Many will credit the late great Doyle Brunson as one of the best poker authors ever, given his Super System set of books that would later be called the bible of poker. However, there have been many other poker players turned poker authors, and math wiz and “Mad Genius” Mike Caro comes to mind. Let’s start by learning about Caro’s past before his future in poker literature.
Mike Caro’s background
Mike Caro was born in Joplin, Mississippi in May of 1944, and he currently resides in Southern California. Caro had already started to make a name for himself for his mathematical prowess in 1978, when Doyle Brunson asked Caro to submit a chapter in the aforementioned Super System book. He submitted 50 statistical tables for the book about Draw Poker, and it seemed to spark an interest in poker for the math wiz, as he started cashing in live events in 1983.
Caro’s first cash came at a $1,000 A-5 event, where he finished 6th for $3,960. Impressively, that started a streak of 17 cashes to start his career that were 10th place or better, meaning he final tabled nearly every one of those cashes. Caro has eight top-four live poker finishes, but interestingly enough, he has zero live wins to his resume. Rather, Caro would make his mark on the poker world through books, sharing his unique perspective on the art of one of the most important and unique aspects of live poker. Were online poker around in the 1990’s Caro very well could have reached the highest stakes on sites like PokerStars, GGPoker, and 888Poker.
Caro as A Writer
Caro is most famous for being one of the first people to ever publicize some of the secrets on physical tells that poker pros used for years to make money on amateurs and whales. He released multiple installments of the book series “Caro’s Book on Poker Tells,” the first of which is up there with any poker book on the market.
One of the most famous strategies discussed in these books is one that Caro practically copyrighted himself: “In poker, strong is weak and weak is strong,” meaning that often, if a player is trying to look strong and intimidating with their bets or the way they are acting, they are likely actually weak. On the contrary, if a player looks to be acting weak, they are often very strong.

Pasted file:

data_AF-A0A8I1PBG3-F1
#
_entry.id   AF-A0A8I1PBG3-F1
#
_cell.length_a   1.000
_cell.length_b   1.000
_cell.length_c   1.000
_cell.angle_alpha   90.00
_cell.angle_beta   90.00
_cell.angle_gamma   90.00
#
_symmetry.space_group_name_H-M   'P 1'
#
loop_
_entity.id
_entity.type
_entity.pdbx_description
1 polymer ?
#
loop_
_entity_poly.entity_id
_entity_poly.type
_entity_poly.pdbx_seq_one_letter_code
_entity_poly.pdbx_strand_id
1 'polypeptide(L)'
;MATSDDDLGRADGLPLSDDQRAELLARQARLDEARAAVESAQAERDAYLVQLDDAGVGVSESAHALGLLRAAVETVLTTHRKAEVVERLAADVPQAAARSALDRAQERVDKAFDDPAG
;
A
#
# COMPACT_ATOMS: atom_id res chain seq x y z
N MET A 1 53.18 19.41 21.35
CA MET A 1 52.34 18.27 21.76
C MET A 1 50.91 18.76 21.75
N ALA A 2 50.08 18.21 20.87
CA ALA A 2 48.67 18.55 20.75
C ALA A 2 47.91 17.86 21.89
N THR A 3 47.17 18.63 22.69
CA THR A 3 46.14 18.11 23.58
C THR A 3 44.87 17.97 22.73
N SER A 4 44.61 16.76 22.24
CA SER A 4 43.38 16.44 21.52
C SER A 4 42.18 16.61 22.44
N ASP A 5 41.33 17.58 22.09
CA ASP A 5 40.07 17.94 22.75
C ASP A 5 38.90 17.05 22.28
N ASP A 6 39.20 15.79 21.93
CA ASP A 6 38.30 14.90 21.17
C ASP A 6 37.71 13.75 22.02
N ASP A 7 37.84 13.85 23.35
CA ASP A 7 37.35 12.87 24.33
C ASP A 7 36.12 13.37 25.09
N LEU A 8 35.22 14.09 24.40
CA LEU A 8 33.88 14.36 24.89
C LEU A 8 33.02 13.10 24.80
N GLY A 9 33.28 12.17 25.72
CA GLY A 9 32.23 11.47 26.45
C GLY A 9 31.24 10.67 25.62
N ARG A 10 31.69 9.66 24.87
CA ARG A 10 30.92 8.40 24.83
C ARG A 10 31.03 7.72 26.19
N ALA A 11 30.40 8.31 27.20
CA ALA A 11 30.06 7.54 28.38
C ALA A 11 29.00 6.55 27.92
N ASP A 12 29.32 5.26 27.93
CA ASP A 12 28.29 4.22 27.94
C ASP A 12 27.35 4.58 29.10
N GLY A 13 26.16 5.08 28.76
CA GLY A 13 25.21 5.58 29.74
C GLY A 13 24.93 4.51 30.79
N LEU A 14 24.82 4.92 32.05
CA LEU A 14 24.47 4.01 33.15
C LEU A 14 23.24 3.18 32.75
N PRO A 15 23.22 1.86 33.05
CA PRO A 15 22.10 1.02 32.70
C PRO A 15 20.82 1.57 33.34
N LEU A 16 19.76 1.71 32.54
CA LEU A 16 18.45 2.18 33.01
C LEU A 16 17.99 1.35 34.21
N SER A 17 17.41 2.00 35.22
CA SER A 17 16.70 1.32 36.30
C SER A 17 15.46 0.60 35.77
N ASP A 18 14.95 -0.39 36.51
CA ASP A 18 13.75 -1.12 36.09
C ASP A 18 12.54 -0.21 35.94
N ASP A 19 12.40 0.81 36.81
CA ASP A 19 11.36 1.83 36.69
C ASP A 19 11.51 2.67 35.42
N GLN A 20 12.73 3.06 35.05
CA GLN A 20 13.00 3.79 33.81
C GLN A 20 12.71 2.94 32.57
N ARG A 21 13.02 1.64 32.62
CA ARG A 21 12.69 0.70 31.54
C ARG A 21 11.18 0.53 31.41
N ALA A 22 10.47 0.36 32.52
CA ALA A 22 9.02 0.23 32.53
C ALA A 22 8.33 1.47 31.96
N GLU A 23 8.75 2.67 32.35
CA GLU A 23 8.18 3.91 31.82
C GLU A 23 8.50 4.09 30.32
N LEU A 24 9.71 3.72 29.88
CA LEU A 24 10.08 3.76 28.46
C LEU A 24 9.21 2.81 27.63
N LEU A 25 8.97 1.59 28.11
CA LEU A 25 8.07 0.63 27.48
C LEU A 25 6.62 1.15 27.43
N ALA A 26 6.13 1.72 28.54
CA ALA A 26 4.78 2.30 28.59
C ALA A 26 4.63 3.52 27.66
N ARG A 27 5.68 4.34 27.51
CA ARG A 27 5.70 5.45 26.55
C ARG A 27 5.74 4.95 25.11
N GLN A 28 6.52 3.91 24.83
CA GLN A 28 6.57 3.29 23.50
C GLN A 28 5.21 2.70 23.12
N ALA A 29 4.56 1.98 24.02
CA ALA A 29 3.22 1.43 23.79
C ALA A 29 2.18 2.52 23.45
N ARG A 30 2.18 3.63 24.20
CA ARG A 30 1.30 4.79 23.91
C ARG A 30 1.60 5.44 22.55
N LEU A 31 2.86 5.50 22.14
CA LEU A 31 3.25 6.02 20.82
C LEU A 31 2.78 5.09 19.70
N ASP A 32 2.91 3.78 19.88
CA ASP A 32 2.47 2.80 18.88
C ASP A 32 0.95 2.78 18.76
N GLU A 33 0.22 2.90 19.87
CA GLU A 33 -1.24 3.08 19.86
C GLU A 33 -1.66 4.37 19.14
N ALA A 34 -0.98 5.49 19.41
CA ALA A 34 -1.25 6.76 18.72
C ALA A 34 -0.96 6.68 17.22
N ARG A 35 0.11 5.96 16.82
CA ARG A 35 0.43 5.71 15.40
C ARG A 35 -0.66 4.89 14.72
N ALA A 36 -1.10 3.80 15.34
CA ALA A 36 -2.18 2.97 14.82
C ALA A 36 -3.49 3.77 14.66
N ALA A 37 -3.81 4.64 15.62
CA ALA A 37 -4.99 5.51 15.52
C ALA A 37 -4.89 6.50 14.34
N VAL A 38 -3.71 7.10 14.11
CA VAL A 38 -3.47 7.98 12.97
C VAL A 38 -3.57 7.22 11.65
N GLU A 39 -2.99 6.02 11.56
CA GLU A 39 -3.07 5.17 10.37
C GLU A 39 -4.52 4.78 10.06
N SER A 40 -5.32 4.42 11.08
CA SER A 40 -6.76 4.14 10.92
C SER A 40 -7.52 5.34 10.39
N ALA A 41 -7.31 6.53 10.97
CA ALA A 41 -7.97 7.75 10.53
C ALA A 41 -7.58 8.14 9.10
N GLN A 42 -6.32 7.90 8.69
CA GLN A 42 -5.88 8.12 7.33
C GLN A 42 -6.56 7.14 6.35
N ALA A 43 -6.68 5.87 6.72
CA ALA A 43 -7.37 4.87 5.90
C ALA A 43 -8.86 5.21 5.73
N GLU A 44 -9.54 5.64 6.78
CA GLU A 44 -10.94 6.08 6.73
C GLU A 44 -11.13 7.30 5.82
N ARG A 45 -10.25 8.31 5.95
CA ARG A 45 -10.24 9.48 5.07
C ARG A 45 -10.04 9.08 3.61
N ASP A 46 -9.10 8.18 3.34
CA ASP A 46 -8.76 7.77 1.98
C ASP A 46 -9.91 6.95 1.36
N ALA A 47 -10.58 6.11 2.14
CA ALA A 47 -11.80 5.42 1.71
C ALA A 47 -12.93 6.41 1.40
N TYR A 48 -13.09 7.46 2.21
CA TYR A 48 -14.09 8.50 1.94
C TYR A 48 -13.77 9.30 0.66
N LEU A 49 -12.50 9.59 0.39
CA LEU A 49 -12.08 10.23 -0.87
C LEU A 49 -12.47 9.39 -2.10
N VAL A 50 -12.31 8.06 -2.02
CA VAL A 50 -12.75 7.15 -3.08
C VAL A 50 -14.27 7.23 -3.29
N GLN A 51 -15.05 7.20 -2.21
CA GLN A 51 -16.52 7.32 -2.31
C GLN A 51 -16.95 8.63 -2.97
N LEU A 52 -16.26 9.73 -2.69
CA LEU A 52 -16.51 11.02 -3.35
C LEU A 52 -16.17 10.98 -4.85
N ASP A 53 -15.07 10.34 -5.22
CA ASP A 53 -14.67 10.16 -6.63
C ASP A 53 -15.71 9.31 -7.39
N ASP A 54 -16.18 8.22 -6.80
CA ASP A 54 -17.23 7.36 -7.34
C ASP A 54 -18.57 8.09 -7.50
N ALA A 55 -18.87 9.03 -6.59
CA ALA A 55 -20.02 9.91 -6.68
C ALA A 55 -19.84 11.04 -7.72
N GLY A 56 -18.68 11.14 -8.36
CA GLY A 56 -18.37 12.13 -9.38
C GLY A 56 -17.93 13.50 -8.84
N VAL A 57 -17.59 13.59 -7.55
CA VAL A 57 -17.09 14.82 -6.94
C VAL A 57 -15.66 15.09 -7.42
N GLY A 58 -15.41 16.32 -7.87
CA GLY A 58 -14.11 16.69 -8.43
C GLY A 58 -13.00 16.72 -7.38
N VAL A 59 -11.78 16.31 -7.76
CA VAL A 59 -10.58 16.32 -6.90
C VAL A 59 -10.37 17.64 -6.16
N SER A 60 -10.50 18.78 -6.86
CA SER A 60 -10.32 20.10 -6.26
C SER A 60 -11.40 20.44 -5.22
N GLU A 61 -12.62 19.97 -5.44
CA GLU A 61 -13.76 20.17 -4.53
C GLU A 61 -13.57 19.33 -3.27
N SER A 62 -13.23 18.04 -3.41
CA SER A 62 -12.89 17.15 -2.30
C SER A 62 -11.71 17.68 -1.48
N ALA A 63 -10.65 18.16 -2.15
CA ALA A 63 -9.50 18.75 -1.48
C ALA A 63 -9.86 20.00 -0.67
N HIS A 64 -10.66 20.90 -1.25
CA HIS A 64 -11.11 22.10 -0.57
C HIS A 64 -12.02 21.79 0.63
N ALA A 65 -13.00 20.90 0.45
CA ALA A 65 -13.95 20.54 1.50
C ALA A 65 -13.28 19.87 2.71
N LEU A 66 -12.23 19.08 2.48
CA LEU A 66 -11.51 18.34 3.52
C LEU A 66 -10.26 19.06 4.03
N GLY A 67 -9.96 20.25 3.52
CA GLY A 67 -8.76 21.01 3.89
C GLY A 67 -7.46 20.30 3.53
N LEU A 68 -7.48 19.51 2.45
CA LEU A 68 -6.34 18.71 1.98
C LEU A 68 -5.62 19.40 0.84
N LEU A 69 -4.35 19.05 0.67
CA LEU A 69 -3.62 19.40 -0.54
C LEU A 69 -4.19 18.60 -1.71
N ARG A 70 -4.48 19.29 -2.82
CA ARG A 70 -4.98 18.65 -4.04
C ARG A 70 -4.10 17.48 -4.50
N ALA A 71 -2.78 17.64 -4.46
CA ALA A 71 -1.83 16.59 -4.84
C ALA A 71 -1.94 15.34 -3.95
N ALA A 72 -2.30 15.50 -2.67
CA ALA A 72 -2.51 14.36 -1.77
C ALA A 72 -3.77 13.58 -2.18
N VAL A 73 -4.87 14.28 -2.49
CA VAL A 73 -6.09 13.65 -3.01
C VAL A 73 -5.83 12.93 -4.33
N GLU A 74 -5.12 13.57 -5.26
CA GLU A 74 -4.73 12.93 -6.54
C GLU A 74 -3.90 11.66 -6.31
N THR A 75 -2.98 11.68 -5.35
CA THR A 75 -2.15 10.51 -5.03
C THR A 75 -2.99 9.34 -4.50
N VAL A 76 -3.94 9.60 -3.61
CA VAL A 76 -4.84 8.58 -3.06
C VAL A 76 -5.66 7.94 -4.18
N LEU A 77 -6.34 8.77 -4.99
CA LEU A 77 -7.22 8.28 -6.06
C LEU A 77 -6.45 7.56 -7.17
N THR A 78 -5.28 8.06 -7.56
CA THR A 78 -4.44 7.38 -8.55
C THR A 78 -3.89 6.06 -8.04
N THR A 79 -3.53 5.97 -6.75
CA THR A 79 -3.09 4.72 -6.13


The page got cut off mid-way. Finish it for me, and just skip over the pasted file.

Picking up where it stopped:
While this is one of the most famous tells in the book, there are others that are discussed heavily listed as well.
Protecting Cards: Watch if your opponent is protecting their cards more than normal. That is often a sign of strength, as they want to make sure their hand isn’t accidentally mucked or considered folded if they are moved forward a bit.
They look uninterested: This tell is in the same vein as the previously mentioned, strength is weakness and weakness is strength. If a player is looking around, laying back, seemingly uninterested in the hand after they make a bet, it usually means they are strong. If a player is trying to appear laser-focused and not giving off an inch of action to influence your decision, it is often a sign of a bluff.
Betting Patterns: Paying attention to a player's betting patterns can help significantly. You can often pick up on a player's tendencies by noticing not only how they bet, but how much they bet, when they have a strong hand, and their actions when they have a weak hand. Humans are creatures of habit, and this can be a major factor here. Some players may put their bets out in an even tower if they have a strong hand, whereas if they are bluffing, they may toss the chips in sloppy or aggressively. You may also notice that a player will often bet 66% of the pot on the river if they have a strong hand, but only 33% of the pot if they are bluffing.
It is very important to note, however, as Caro does a few times in his book, that these tells are more general guidelines and not rules that are set in stone. Every player is different, so what could be a tell for one player could be the opposite for another player. As always in poker, paying close attention is key to success.
“The Mad Genius” did make a few appearances on TV that gained him a bit more acclaim and fame in the poker world. He was a participant in the second-ever NBC Heads Up Championship. He also cashed in the $10,000 WSOP Heads Up Event in 2009, earning $38,424, his best career cash. And he played in a televised WPT Poker By the Book Invitational, featuring six poker authors, which was won by David Sklansky. Nowadays, you can use some of these tips on WPT Global online events.
While Caro is seemingly retired from playing poker, he does still run a poker website that discusses strategy called poker1.com. Even at nearly 80 years old, Caro is still sharing his wisdom with the poker community.